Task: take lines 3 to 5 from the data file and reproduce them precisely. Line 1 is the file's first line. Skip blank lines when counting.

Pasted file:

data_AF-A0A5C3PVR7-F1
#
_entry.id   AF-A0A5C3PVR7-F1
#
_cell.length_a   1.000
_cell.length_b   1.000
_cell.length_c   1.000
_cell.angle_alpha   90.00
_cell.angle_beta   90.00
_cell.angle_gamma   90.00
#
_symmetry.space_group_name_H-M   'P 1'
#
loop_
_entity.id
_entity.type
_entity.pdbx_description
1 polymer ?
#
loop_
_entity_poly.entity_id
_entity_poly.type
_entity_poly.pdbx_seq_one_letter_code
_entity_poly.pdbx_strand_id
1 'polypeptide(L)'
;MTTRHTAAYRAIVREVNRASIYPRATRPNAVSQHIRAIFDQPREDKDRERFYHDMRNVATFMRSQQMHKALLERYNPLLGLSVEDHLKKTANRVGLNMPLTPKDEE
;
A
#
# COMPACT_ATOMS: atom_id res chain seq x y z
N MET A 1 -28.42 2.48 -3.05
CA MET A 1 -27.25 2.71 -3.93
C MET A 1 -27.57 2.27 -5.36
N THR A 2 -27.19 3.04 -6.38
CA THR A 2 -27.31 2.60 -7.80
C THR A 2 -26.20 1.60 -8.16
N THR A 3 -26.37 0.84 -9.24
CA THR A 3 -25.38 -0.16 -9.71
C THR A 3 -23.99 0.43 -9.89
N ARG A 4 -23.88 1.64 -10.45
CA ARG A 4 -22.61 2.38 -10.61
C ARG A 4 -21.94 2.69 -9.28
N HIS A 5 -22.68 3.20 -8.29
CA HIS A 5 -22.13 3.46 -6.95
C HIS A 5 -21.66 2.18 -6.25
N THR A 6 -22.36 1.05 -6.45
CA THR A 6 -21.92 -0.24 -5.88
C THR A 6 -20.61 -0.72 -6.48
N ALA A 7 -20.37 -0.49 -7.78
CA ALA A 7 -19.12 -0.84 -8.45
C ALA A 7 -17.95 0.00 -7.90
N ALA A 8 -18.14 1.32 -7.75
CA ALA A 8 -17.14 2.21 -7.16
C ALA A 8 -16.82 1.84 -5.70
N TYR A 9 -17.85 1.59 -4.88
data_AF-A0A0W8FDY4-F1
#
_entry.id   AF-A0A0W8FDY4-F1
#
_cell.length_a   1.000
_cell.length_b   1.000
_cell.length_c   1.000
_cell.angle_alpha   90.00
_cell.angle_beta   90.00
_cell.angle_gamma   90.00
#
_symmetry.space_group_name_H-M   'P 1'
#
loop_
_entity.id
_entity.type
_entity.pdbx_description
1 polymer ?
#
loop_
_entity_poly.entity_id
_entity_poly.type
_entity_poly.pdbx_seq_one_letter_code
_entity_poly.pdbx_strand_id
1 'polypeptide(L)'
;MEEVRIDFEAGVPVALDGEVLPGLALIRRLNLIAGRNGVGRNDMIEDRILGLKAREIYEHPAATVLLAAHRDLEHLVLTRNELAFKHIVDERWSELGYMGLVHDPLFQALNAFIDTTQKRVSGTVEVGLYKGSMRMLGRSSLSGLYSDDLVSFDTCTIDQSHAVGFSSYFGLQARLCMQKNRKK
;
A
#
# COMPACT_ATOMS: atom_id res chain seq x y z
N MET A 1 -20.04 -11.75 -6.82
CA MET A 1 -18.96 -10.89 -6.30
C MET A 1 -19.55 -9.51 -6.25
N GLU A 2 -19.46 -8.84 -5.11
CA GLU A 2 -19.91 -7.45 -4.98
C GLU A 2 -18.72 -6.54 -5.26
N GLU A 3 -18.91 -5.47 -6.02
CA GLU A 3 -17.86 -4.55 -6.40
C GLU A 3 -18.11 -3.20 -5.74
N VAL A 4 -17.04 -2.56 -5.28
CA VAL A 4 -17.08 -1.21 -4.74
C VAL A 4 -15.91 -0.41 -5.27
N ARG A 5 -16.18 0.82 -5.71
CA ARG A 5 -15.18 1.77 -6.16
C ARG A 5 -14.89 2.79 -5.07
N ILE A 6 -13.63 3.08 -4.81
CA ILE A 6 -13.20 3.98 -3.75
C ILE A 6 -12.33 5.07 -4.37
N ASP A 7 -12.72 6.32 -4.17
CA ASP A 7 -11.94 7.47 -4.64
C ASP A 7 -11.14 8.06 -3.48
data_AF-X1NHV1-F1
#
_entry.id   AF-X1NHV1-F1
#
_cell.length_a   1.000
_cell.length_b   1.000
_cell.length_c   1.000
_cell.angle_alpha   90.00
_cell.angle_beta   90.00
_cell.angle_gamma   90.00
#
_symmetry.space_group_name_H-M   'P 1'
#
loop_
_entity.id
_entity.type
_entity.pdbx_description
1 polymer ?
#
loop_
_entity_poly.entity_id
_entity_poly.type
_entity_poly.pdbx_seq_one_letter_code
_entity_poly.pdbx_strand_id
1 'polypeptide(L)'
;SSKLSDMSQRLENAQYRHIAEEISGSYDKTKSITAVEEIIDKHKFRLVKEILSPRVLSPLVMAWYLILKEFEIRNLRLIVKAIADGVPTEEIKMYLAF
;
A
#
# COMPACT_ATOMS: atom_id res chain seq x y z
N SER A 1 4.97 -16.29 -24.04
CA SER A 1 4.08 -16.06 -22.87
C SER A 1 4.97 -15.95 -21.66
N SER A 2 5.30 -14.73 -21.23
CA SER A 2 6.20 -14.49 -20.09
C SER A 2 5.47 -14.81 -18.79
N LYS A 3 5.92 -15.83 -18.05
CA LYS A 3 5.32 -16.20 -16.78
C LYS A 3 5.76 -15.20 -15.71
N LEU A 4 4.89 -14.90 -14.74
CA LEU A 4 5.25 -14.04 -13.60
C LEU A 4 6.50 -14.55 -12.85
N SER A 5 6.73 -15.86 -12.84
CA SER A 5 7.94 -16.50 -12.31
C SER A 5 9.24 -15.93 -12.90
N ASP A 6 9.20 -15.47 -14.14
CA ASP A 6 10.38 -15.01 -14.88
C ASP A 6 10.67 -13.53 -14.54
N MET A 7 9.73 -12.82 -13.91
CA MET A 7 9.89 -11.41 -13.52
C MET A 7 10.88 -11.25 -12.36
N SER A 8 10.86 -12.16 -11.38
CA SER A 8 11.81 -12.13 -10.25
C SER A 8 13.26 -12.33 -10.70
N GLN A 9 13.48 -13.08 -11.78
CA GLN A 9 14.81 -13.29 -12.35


_entry.id   AF-A0A5C3PVR7-F1
#
_cell.length_a   1.000